The authors call for a deeper understanding of the impact of large carnivores on ecosystems, a view that they trace back to the work of landmark ecologist Aldo Leopold. The classic concept that predators are harmful and deplete fish and wildlife is outdated, they said. Scientists and wildlife managers need to recognize a growing body of evidence for the complex roles that carnivores play in ecosystems and for their social and economic benefits.

Leopold recognized such relationships between predators and ecosystems, Ripple said, but his observations on that point were largely ignored for decades after his death in 1948.

“Human tolerance of these species is a major issue for conservation,” Ripple said. “We say these animals have an intrinsic right to exist, but they are also providing economic and ecological services that people value.”

Among the services that have been documented in other studies are carbon sequestration, riparian restoration, biodiversity and disease control.

Where large carnivores have been restored — such as wolves in Yellowstone or Eurasian lynx in Finland — ecosystems have responded quickly, said Ripple. “I am impressed with how resilient the Yellowstone ecosystem is. It isn’t happening quickly everywhere, but in some places, ecosystem restoration has started there.”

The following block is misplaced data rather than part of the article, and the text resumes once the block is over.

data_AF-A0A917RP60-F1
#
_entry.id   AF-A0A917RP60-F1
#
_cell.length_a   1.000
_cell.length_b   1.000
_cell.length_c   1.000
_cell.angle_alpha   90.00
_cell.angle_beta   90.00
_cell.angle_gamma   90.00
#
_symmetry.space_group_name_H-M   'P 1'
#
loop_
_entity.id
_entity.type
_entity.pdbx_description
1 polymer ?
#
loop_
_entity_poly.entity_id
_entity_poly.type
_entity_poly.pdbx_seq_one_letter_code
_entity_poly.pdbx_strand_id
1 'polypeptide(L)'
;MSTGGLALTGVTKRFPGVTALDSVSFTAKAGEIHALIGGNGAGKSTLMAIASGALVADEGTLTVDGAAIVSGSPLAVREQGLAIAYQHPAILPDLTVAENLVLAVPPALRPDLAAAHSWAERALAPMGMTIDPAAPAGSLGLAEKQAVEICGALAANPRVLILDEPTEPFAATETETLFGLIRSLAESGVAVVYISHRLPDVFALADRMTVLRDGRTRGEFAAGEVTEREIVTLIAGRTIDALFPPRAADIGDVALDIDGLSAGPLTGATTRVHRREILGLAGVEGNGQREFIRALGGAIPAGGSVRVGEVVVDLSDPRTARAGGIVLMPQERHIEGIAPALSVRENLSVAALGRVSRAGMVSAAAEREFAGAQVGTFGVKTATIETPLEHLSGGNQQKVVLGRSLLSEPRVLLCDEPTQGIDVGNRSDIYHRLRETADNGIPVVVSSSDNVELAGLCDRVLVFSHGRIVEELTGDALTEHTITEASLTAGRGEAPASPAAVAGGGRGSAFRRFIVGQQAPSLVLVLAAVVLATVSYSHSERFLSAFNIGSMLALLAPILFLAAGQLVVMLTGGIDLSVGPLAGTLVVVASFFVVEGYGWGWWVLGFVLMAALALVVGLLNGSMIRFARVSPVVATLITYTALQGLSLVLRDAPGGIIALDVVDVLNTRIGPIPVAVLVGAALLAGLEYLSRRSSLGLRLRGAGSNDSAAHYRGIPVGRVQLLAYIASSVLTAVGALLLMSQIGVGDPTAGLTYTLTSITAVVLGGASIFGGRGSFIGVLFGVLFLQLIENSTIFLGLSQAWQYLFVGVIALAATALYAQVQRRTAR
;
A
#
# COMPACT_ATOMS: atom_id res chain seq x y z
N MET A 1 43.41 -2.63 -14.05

In those cases, where loss of vegetation has led to soil erosion, for example, full restoration in the near term may not be possible, he said.

“Nature is highly interconnected,” said Ripple. “The work at Yellowstone and other places shows how one species affects another and another through different pathways. It’s humbling as a scientist to see the interconnectedness of nature.”

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College of Forestry Media Contact:  Nick Houtman Source: 

Bill Ripple, 541-737-3056

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Leopard



Dingo



Gray Wolf



Sea Otter



Eurasian Lynx



Puma


African Lion

Categories: Research news

Hundreds of small farmers to gather at annual OSU conference

Tue, 01/07/2014 - 9:37am
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CORVALLIS, Ore. – Hundreds of farmers from throughout Oregon will gather in Corvallis this winter to improve their skills and get inspired for the next growing season. The 14th annual Oregon Small Farms Conference will take place Feb. 22 from 9 a.m. to 5:30 p.m. at Oregon State University.

Michael Ableman, a nationally known farmer, author and photographer, will present the keynote address. For the first time, organizers are offering a special series of workshops in Spanish for Latino farmers. In the past the conference has provided translators for particular workshops already offered in English. Also new is a workshop on profitability for small farms.

Registration costs $45 per person until Feb. 2, then increases to $65 per person from Feb. 3-14 and $100 per person on the day of the conference – if space is still available. Organizers will cap attendance at 800 people. In the past, the popular conference has surpassed 800 attendees, said Garry Stephenson, the coordinator of OSU's Small Farms Program, which organizes the event.

"I think there's a huge social aspect to the conference – for a lot of people, this is the only time of year they get to see each other, so there's a lot of interaction and networking," said Stephenson. "We also bring in speakers who challenge people to think differently and offer a variety of workshops."